Abstract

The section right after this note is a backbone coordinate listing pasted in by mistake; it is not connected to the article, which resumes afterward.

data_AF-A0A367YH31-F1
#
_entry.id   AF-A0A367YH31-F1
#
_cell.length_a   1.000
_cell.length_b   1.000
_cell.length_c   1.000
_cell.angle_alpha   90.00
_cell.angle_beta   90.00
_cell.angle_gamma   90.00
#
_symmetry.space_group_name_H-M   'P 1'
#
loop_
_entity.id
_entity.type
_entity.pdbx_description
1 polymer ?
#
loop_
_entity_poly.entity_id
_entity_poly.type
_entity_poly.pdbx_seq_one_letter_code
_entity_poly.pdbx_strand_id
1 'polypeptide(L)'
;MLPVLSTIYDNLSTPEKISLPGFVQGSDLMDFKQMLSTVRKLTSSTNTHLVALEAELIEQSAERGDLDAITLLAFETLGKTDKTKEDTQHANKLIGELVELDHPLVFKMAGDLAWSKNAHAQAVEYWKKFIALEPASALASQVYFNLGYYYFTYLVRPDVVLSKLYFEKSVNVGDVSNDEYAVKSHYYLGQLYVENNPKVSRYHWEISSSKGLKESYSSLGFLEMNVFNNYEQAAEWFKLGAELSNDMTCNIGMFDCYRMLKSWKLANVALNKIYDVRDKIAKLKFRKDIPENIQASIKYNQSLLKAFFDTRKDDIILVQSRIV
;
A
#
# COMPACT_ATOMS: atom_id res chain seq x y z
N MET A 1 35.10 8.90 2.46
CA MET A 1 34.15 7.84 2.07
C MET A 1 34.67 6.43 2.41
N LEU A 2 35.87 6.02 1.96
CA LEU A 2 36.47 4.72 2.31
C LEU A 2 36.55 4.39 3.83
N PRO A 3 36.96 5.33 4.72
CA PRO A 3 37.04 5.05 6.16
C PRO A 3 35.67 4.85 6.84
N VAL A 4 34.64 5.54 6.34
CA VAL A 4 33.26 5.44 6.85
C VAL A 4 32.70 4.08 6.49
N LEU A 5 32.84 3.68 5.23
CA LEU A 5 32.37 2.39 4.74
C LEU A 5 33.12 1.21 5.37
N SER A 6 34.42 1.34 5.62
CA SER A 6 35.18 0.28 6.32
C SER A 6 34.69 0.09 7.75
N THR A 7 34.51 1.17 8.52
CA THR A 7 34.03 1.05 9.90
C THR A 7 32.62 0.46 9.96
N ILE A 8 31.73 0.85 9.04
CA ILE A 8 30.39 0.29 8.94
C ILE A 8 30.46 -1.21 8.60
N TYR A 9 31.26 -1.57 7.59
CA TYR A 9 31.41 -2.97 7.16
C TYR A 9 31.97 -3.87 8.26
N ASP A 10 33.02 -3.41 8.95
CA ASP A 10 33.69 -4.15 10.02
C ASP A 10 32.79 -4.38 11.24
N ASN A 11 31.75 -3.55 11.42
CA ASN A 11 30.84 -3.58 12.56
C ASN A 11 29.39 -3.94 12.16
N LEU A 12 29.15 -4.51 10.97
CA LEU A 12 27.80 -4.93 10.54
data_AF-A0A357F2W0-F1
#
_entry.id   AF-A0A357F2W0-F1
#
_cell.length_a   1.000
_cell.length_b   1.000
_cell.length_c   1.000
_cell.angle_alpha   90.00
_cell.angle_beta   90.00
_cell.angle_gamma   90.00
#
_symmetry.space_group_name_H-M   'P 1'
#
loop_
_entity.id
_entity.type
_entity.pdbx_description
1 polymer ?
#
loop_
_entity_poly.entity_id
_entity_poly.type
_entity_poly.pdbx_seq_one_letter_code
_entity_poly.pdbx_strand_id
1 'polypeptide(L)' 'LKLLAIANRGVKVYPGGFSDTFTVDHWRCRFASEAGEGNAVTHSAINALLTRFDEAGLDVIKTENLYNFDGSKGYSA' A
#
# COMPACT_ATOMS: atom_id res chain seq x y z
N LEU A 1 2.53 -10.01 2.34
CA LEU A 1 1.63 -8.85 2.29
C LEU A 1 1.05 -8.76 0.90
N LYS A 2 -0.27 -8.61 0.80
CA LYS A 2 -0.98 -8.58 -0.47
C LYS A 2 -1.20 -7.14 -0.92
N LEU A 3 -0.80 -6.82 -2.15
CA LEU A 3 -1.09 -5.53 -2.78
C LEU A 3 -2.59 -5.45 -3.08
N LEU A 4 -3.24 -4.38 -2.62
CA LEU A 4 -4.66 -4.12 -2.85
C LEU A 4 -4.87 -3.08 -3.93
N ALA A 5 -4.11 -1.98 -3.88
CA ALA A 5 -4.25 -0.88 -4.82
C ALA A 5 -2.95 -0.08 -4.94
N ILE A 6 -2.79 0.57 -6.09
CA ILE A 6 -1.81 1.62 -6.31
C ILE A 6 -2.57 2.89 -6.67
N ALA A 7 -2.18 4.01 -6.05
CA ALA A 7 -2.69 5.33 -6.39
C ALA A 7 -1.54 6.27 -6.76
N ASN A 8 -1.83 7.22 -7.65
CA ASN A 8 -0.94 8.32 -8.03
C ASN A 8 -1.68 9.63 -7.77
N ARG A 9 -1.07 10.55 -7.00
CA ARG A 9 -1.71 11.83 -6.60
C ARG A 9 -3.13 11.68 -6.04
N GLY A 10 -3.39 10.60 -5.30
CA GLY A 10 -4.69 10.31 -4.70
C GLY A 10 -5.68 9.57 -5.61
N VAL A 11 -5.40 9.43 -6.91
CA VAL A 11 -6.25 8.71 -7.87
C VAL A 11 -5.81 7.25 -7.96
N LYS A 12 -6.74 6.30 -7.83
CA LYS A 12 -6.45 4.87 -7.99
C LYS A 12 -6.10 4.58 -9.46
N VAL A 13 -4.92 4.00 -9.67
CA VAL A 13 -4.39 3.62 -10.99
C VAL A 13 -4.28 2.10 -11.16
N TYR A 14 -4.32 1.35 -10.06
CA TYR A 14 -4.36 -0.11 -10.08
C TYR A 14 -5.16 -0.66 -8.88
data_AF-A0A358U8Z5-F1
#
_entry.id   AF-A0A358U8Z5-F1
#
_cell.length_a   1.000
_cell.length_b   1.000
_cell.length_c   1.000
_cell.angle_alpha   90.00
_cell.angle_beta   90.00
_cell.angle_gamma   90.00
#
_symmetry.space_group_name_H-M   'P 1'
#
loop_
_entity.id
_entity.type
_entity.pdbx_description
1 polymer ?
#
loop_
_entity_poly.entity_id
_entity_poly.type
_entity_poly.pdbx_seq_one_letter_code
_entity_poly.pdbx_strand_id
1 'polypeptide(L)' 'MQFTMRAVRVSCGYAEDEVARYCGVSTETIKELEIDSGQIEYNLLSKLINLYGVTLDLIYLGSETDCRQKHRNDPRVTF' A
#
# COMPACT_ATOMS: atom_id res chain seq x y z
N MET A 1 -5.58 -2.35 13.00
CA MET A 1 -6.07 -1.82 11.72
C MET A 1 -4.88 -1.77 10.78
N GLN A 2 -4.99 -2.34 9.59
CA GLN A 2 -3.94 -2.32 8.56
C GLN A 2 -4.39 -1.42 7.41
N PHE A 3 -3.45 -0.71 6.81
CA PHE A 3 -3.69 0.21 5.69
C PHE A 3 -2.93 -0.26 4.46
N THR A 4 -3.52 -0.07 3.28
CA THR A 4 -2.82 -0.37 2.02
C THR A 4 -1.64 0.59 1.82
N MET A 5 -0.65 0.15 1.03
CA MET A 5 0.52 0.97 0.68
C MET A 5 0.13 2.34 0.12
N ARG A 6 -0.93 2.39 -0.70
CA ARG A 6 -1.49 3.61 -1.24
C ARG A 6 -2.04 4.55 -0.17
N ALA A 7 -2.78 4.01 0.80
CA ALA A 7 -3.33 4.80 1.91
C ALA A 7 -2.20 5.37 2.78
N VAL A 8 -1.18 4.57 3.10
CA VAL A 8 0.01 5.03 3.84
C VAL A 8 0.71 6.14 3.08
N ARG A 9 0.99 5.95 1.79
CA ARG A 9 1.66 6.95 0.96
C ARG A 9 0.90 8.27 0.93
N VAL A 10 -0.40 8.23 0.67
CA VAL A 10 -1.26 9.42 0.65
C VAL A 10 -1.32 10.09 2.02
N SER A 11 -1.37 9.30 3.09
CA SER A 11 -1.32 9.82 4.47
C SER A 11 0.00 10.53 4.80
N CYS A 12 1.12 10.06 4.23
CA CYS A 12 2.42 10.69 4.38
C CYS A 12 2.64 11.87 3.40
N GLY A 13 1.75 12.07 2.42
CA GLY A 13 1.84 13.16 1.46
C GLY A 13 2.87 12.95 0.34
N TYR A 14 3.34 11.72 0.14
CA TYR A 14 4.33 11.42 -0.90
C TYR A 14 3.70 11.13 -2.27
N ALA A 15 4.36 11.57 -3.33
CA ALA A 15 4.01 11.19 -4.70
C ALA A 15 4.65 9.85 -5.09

Although used in biostratigraphy and in studies of early Cambrian trilobite evolution, the olenelloid genus Peachella has received little research attention. The ontogenetic and evolutionary origins of its derived features—an effaced cephalon and grossly inflated genal spines—have remained mysterious. Based on examination of new and existing collections, P. iddingsi and P. brevispina are here described in detail, including aspects of their respective ontogenies and the first description of the thorax of P. iddingsi. A new monotypic genus, Eopeachella, is also described from recently collected material from the Delamar Member of the Pioche Formation, Nevada. Eopeachella angustispina n. gen. n. sp., is less derived and stratigraphically older than both Peachella species and bridges the morphological gap between Peachella and typical olenelloids. The study reveals that cephalic effacement was progressively attained during both ontogeny and phylogeny in the Eopeachella + Peachella clade. Comparative ontogeny with other olenelloids reveals that progressive effacement was a trend superimposed upon and independent of a conserved pattern of ontogenetic shape change in the glabella and did not represent a peramorphic “extension” of glabellar ontogeny. Genal spine inflation was also achieved progressively (in a proximal-to-distal direction) through both ontogeny and phylogeny in the Eopeachella + Peachella clade. Genal spine inflation that convergently arose in later trilobite groups may have been similarly ontogenetically dynamic. Discovery of E. angustispina and P. brevispina in the Delamar Member raises olenelloid diversity in this member to at least 20 species; a higher diversity than in any coeval unit.

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